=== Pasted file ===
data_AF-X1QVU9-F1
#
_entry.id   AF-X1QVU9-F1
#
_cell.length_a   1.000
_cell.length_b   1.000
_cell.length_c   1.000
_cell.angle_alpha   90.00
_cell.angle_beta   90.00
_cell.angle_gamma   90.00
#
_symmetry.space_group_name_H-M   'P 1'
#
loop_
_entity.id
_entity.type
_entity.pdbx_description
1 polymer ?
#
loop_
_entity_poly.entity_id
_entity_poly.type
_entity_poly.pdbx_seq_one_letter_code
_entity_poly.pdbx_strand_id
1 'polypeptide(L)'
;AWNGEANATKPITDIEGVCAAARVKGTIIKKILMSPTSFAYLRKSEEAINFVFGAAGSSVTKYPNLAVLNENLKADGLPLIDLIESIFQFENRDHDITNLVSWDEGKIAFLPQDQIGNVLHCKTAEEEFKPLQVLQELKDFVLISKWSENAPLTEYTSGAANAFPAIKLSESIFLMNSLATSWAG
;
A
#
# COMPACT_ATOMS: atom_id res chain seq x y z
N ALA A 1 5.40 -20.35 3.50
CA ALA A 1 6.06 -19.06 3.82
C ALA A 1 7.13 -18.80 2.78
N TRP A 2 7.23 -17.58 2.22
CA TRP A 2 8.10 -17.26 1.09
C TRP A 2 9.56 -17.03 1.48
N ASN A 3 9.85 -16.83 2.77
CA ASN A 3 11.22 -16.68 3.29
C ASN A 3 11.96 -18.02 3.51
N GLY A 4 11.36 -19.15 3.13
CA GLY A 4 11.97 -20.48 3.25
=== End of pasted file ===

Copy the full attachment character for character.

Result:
data_AF-X1QVU9-F1
#
_entry.id   AF-X1QVU9-F1
#
_cell.length_a   1.000
_cell.length_b   1.000
_cell.length_c   1.000
_cell.angle_alpha   90.00
_cell.angle_beta   90.00
_cell.angle_gamma   90.00
#
_symmetry.space_group_name_H-M   'P 1'
#
loop_
_entity.id
_entity.type
_entity.pdbx_description
1 polymer ?
#
loop_
_entity_poly.entity_id
_entity_poly.type
_entity_poly.pdbx_seq_one_letter_code
_entity_poly.pdbx_strand_id
1 'polypeptide(L)'
;AWNGEANATKPITDIEGVCAAARVKGTIIKKILMSPTSFAYLRKSEEAINFVFGAAGSSVTKYPNLAVLNENLKADGLPLIDLIESIFQFENRDHDITNLVSWDEGKIAFLPQDQIGNVLHCKTAEEEFKPLQVLQELKDFVLISKWSENAPLTEYTSGAANAFPAIKLSESIFLMNSLATSWAG
;
A
#
# COMPACT_ATOMS: atom_id res chain seq x y z
N ALA A 1 5.40 -20.35 3.50
CA ALA A 1 6.06 -19.06 3.82
C ALA A 1 7.13 -18.80 2.78
N TRP A 2 7.23 -17.58 2.22
CA TRP A 2 8.10 -17.26 1.09
C TRP A 2 9.56 -17.03 1.48
N ASN A 3 9.85 -16.83 2.77
CA ASN A 3 11.22 -16.68 3.29
C ASN A 3 11.96 -18.02 3.51
N GLY A 4 11.36 -19.15 3.13
CA GLY A 4 11.97 -20.48 3.25